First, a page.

Reddheads.com does not provide investment or trading advice. The following article resumes opinions from other sources about the possible effect of the US election on the price of Bitcoin and other assets. Readers are 100% responsible for their money and are advised to do their own due diligence.
There has been diverse speculation recently regarding factors that affect the price of Bitcoin. The common mainstream view is that the “devaluation” of the Chinese Yuan (a misnomer for the weakening of this currency against the US dollar) was responsible for the recent rally of the price of Bitcoin and that an impending decision by the Chinese government to restrict features open to Bitcoin traders on Chinese exchanges was responsible for the recent drop in price. For a fairly convincing debunking of these views (certainly the former; the latter remains to be seen but the argument is good) see the recent two-part series ZeroHedge Fakes Bitcoin Panic and China Bitcoin Panic Part II, on fintekneeks.com.
When it comes fundamental technical advances with Bitcoin, the launch of SegWit (a major update to Bitcoin Core that reduces the amount of space required by transactions in blocks, thus increasing the number of transactions the system can handle) is being seen by many as the beginning of the end of the long-running blocksize debate. For around a year the Bitcoin network has suffered recurring transaction delays as blocks reach their transaction capacity; the idea is that SegWit will provide breathing space (by roughly doubling block capacity) as well as the foundation (through other improvements brought by the update) for the ultimate solution to scalability: the Lightning Network.
But in practice it may not be quite as simple. In order to achieve full activation on the Bitcoin blockchain, SegWit-updated software requires support by 95% of the network hashrate (mining power), however some miners refuse to run the update, instead running Bitcoin software with various versions of the same alternative solution: a direct increase of the Bitcoin blocksize, something these miners regard as the critical first step to any scaling solution. The matter is further complicated by the economics of mining, as recently highlighted by an article on Coindesk: China’s Bitcoin Miners See Profit in a Bigger-Block Blockchain.
How long this stand-off continues before one side shows concessions to the other or before one side outmanoeuvres the other through tweaks to their respective solution, is anyone’s guess. What is perhaps a little more dependable is that while uncertainty on the matter continues, this uncertainty is reflected in the Bitcoin markets.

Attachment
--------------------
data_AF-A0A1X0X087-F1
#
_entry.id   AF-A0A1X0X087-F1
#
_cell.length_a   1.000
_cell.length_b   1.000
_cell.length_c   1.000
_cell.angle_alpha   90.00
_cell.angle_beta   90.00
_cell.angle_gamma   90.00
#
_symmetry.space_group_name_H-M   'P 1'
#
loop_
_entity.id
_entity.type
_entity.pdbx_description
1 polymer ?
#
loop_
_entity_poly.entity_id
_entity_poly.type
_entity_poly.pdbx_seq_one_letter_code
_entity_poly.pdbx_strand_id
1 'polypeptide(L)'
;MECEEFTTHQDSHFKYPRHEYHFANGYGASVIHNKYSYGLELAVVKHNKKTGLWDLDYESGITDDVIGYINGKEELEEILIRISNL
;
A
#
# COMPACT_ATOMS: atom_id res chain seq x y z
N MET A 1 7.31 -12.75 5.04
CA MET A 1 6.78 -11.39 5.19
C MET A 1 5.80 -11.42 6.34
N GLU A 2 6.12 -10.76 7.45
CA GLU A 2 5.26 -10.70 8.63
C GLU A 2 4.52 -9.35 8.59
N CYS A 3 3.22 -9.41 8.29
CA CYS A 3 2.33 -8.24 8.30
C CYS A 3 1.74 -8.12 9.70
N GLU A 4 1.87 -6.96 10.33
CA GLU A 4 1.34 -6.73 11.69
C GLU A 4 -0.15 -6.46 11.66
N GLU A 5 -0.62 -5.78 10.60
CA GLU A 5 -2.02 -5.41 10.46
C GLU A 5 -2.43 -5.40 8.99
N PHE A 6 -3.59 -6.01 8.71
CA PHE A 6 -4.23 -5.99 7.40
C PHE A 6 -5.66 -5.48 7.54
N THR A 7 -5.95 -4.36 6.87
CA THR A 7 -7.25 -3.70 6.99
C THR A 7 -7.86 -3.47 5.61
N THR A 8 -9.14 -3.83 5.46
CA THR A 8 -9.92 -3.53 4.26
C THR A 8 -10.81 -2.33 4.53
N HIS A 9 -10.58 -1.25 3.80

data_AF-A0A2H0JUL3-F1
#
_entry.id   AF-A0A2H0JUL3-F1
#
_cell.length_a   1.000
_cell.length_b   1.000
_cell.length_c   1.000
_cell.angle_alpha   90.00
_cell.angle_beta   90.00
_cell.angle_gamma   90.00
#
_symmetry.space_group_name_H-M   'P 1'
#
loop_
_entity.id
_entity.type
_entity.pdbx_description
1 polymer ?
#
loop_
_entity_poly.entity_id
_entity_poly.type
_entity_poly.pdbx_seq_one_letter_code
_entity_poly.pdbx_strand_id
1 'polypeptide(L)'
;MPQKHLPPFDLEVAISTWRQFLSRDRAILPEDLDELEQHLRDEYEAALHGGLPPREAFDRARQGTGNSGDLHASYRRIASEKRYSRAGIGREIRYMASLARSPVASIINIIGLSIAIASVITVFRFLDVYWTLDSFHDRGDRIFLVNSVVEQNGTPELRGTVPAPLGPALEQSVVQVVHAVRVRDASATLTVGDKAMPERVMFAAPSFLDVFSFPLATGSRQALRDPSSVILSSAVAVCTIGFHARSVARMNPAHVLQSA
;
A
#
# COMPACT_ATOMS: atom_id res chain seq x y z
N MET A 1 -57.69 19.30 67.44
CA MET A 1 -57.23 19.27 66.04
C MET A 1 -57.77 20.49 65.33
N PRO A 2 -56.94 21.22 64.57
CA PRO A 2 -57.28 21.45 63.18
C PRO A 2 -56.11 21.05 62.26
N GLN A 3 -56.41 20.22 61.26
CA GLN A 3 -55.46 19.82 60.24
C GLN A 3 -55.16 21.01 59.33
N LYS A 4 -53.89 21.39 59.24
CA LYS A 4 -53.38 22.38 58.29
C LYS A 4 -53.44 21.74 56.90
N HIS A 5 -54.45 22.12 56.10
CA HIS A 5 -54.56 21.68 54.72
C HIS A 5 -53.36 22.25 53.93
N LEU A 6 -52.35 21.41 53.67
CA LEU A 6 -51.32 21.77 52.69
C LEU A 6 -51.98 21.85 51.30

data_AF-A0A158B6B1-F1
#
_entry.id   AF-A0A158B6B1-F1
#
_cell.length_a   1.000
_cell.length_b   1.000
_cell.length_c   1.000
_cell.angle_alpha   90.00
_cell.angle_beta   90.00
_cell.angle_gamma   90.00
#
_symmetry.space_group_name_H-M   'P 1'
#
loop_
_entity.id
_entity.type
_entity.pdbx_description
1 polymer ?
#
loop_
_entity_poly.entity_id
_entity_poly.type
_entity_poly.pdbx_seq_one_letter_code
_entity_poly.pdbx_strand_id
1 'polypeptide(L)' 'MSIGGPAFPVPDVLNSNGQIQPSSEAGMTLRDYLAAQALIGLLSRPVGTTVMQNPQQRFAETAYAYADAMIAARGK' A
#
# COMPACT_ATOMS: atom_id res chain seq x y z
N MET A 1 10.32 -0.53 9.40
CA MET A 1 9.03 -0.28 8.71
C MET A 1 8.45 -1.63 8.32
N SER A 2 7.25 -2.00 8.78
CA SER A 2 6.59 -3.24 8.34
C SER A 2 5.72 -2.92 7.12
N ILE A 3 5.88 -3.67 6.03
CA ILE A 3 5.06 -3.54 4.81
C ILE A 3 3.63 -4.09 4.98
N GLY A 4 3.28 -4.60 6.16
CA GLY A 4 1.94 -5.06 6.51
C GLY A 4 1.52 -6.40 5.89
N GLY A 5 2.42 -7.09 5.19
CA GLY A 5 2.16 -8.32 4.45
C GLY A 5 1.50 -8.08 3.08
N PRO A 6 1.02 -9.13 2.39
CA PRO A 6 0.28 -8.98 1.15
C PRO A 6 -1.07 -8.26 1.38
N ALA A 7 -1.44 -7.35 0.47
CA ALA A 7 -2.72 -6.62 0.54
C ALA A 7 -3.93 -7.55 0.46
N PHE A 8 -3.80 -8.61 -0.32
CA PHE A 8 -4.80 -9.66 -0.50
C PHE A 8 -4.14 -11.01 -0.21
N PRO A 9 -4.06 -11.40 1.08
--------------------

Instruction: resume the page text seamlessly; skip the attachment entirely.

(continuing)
It seems safe to say that, for the following week at least, there is no end in sight when it comes to obsessing over China or debating about Bitcoin scalability. There is however one factor that will almost certainly have some effect on the price of Bitcoin, depending on an outcome which will become clear within the next 24 hours or so: the US presidential election.
Up, down, left or right?
The common view is that there will be a tendency for the price of Bitcoin to go up if the election is won by Donald Trump, and for the price to go down if Hillary Clinton becomes president of the United States. This view has been reflected or implied over the past 24 hours in a couple of articles and news items:
“A decisive Clinton victory is foreseen to be positive for US markets since this would be the scenario with the least amount of uncertainty while a Trump victory or a very close outcome could still keep risk-off moves on the table, possibly favoring bitcoin price.”
“Based on recent price action, the US dollar gains support on a potential victory by Democratic nominee Hillary Clinton. After all, this would mean that the incumbent political party would stay in the White House, ensuring better continuity and less uncertainty. On the other hand, a Trump victory could cause a ruckus in US markets since his brash rhetoric and political views could bring more uncertainty to the US and global economy.”
Some other articles say it all in their titles, such as How Hillary Clinton Seeks to End The Internet, Bitcoin and The Free World (cointelegraph.com).
Is there any wider viewpoint that backs up these opinions? Generally speaking, the Democrats remaining in government under Hillary Clinton is seen as the path of least uncertainty when it comes to politics and correspondingly, the markets. A win for Donald Trump and the Republicans is expected to bring uncertainty:
“For now, it seems like many have nominated Bitcoin as their exit plan if the October surprise dealt by FBI Director James Comey turns into a November market shock.”
In times of uncertainty, safe-haven assets are seen as attractive investments. Gold, an asset which is often compared with Bitcoin (referred to by some as Gold 2.0), is the typical choice:
“Gold markets thrive on uncertainty, it usually does before US elections. But this time around market experts feel uncertainty will continue and help gold prices if Trump wins. A Trump win is likely to bring in uncertainty till he comes clean on his policies.”
“Prices of the yellow metal sank to a one-week low of $1,278.60 on Monday as demand for safe-haven assets ebbed after the FBI said that no charges were warranted in the case of Democrat Hillary Clinton’s use of a private email server, lifting a cloud over her presidential campaign.”
Whatever the case may be, only a few hours remain until the situation is clarified and the markets react. But while some continue until the last minute to speculate regarding the possible effect of the outcome of the US election on Bitcoin, others are examining the longer view on blockchain technology. The outcome of the vote is not the point in the following article by Jeremy Quittner on fortune.com; instead the author examines the possibility that by 2020 voting itself will be “on-chain”: